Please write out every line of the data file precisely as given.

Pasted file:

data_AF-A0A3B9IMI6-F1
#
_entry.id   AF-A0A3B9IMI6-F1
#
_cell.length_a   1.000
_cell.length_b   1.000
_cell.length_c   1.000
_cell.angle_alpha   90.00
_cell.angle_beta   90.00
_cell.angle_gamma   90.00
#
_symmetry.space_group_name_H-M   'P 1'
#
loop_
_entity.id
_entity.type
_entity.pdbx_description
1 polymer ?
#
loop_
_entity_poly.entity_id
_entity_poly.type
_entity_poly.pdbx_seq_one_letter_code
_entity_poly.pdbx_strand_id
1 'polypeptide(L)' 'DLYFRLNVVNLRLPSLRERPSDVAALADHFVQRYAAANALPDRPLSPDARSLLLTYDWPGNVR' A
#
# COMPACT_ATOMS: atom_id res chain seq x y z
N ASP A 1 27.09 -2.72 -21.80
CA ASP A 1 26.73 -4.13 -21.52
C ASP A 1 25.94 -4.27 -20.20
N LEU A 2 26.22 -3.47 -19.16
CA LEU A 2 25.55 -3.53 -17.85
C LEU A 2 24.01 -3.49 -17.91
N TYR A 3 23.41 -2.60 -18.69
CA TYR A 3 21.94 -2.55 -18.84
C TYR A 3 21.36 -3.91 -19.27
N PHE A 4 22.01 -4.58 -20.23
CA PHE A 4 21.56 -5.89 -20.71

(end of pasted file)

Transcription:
data_AF-A0A3B9IMI6-F1
#
_entry.id   AF-A0A3B9IMI6-F1
#
_cell.length_a   1.000
_cell.length_b   1.000
_cell.length_c   1.000
_cell.angle_alpha   90.00
_cell.angle_beta   90.00
_cell.angle_gamma   90.00
#
_symmetry.space_group_name_H-M   'P 1'
#
loop_
_entity.id
_entity.type
_entity.pdbx_description
1 polymer ?
#
loop_
_entity_poly.entity_id
_entity_poly.type
_entity_poly.pdbx_seq_one_letter_code
_entity_poly.pdbx_strand_id
1 'polypeptide(L)' 'DLYFRLNVVNLRLPSLRERPSDVAALADHFVQRYAAANALPDRPLSPDARSLLLTYDWPGNVR' A
#
# COMPACT_ATOMS: atom_id res chain seq x y z
N ASP A 1 27.09 -2.72 -21.80
CA ASP A 1 26.73 -4.13 -21.52
C ASP A 1 25.94 -4.27 -20.20
N LEU A 2 26.22 -3.47 -19.16
CA LEU A 2 25.55 -3.53 -17.85
C LEU A 2 24.01 -3.49 -17.91
N TYR A 3 23.41 -2.60 -18.69
CA TYR A 3 21.94 -2.55 -18.84
C TYR A 3 21.36 -3.91 -19.27
N PHE A 4 22.01 -4.58 -20.23
CA PHE A 4 21.56 -5.89 -20.71